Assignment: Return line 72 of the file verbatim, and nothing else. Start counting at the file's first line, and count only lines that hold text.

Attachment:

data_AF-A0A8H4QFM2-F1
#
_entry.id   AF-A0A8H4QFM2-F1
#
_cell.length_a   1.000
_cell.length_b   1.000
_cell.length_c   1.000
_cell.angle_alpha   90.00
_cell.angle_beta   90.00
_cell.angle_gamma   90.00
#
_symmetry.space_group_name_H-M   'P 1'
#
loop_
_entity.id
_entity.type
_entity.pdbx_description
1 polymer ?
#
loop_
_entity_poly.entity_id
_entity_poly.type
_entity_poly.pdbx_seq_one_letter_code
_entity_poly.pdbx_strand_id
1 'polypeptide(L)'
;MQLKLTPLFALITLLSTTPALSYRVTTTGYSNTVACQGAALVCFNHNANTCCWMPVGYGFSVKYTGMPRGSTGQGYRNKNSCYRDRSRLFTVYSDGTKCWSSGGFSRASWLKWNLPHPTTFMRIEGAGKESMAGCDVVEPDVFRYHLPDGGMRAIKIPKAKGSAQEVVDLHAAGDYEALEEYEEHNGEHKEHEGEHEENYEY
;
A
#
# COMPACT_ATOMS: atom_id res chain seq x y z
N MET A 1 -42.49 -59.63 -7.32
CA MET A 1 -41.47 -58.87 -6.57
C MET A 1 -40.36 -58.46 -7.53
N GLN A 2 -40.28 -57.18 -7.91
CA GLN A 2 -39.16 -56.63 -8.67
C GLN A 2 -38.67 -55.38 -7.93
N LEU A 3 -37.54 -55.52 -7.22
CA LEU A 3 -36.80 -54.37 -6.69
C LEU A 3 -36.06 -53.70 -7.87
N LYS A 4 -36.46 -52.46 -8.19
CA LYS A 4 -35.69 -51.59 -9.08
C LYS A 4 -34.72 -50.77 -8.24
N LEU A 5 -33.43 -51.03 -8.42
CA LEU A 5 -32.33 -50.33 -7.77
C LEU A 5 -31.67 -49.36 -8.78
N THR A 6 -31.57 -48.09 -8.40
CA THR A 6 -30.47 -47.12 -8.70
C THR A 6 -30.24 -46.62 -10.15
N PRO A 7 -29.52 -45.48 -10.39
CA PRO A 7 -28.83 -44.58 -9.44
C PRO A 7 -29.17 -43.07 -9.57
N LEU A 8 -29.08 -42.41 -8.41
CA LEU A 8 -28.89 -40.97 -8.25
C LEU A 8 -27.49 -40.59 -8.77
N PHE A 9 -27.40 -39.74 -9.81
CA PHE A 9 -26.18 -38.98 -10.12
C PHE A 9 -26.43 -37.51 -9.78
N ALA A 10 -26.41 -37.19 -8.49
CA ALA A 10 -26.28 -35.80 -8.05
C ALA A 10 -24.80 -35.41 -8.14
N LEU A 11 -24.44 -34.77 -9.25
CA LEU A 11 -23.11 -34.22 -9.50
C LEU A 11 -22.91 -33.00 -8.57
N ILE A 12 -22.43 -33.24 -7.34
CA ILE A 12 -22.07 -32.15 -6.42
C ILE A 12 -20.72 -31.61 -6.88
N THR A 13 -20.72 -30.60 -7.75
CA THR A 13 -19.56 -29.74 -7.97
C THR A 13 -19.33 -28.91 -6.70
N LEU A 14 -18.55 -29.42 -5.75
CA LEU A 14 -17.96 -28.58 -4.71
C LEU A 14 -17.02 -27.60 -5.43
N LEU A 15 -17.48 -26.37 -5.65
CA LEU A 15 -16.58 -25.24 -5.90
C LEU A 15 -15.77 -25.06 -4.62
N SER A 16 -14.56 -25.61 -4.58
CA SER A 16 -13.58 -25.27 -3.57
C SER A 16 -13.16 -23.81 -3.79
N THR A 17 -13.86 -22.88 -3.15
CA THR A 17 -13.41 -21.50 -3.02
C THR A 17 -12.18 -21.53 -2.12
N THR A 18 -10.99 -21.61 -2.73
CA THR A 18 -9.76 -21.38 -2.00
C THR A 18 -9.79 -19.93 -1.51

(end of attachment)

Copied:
C LEU A 14 -17.02 -27.60 -5.43